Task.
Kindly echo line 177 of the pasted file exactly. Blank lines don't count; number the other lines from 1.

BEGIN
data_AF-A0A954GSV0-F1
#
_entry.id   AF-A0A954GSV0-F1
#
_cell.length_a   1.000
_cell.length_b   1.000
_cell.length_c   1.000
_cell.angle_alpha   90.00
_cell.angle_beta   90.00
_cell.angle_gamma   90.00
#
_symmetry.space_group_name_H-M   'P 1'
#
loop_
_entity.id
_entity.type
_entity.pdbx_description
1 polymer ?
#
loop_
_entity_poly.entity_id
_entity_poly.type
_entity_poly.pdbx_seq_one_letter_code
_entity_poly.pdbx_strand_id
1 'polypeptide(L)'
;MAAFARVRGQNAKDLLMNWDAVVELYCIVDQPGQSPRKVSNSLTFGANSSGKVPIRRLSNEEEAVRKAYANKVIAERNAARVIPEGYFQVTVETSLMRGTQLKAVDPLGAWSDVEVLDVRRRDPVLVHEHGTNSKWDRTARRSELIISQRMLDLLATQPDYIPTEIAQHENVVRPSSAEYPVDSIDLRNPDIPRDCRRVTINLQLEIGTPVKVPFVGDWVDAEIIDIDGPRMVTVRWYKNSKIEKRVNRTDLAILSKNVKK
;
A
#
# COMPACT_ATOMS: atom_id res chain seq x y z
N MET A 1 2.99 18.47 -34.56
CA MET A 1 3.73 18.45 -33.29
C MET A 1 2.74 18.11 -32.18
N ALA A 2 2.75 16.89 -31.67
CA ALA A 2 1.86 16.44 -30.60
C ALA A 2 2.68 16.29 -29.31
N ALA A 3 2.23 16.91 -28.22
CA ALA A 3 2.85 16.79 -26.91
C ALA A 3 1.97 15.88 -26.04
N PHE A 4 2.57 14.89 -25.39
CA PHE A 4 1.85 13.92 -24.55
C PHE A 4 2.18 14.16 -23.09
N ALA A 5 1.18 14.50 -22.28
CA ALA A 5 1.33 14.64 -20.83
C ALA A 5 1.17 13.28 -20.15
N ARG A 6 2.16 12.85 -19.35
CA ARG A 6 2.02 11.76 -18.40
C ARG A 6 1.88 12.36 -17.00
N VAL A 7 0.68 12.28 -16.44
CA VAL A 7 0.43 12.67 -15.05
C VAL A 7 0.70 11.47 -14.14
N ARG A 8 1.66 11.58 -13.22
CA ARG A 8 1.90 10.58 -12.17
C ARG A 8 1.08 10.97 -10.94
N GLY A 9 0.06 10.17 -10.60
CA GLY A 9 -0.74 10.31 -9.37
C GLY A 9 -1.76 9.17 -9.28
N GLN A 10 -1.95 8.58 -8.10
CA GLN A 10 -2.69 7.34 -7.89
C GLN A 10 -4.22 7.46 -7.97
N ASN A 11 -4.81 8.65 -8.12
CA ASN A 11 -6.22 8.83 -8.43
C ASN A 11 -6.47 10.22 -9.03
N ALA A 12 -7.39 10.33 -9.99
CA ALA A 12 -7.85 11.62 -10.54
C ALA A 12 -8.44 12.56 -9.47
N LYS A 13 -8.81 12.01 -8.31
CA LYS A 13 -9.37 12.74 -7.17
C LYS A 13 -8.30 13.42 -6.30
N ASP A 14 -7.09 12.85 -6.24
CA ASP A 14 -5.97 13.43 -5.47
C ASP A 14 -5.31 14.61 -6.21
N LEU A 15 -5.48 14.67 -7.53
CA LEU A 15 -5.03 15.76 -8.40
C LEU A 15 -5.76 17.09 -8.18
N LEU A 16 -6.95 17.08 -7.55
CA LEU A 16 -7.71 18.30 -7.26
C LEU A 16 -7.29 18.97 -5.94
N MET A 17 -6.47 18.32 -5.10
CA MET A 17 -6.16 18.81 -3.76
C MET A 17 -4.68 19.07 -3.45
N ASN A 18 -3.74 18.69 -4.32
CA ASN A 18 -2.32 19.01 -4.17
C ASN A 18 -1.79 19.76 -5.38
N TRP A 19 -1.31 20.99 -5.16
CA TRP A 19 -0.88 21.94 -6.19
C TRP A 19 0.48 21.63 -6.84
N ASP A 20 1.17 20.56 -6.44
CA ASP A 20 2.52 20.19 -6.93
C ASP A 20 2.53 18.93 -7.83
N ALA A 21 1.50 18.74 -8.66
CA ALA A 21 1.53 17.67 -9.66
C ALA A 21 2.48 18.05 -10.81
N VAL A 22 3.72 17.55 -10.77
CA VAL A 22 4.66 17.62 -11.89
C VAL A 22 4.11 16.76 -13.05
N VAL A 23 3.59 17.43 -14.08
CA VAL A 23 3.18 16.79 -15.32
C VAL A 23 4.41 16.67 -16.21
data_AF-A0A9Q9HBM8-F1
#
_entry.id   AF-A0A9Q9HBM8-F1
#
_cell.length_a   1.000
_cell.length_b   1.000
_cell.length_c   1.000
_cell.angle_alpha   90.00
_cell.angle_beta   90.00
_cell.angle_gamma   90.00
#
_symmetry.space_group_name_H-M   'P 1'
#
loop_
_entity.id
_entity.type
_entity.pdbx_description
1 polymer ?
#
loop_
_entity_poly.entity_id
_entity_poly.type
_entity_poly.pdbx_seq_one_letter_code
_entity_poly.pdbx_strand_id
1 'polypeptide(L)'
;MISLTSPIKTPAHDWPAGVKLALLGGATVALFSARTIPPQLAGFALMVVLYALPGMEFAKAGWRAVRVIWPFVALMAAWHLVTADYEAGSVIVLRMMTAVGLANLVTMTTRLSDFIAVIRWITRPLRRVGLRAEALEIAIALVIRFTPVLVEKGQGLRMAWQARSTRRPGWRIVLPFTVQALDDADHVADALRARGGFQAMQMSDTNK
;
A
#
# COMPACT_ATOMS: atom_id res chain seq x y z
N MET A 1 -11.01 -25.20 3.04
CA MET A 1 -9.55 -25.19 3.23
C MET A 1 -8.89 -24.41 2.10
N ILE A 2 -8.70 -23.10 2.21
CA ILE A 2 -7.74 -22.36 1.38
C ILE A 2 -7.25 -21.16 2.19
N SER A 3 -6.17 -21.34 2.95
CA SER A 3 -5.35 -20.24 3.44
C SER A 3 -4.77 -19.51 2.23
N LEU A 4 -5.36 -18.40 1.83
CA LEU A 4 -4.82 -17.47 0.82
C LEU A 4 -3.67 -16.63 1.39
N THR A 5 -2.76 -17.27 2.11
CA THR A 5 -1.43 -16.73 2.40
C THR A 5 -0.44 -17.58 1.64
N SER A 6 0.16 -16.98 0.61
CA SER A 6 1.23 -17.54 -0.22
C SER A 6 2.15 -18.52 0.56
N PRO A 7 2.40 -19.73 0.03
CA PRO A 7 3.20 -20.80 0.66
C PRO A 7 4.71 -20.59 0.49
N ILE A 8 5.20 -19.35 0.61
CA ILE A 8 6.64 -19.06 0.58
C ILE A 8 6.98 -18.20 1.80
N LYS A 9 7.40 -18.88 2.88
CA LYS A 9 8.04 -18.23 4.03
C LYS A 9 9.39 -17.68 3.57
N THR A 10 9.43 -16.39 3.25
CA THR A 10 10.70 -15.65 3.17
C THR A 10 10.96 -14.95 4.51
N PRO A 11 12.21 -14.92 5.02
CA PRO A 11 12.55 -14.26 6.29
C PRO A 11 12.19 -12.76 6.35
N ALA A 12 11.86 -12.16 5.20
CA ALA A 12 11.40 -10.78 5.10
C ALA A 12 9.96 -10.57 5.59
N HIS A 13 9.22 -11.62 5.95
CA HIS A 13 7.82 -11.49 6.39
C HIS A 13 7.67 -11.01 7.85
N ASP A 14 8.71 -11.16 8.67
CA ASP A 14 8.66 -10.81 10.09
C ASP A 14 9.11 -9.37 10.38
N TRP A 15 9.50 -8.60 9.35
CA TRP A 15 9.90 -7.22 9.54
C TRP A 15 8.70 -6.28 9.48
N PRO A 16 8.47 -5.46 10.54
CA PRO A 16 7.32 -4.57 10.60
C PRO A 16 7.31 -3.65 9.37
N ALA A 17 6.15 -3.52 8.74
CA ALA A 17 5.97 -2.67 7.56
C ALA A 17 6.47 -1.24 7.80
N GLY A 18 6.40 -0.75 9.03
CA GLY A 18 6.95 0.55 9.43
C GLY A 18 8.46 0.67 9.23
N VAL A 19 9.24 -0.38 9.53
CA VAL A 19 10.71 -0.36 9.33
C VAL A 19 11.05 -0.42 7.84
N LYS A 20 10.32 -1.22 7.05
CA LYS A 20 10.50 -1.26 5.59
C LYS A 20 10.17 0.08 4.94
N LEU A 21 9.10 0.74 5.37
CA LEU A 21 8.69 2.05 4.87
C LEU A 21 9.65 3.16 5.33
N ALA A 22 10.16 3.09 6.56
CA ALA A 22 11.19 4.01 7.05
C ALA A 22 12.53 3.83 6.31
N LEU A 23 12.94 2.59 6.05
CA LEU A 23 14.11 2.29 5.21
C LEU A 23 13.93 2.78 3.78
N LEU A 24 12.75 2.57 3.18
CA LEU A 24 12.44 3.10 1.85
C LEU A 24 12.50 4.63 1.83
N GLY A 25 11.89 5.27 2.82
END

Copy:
C PRO A 16 7.31 -3.65 9.37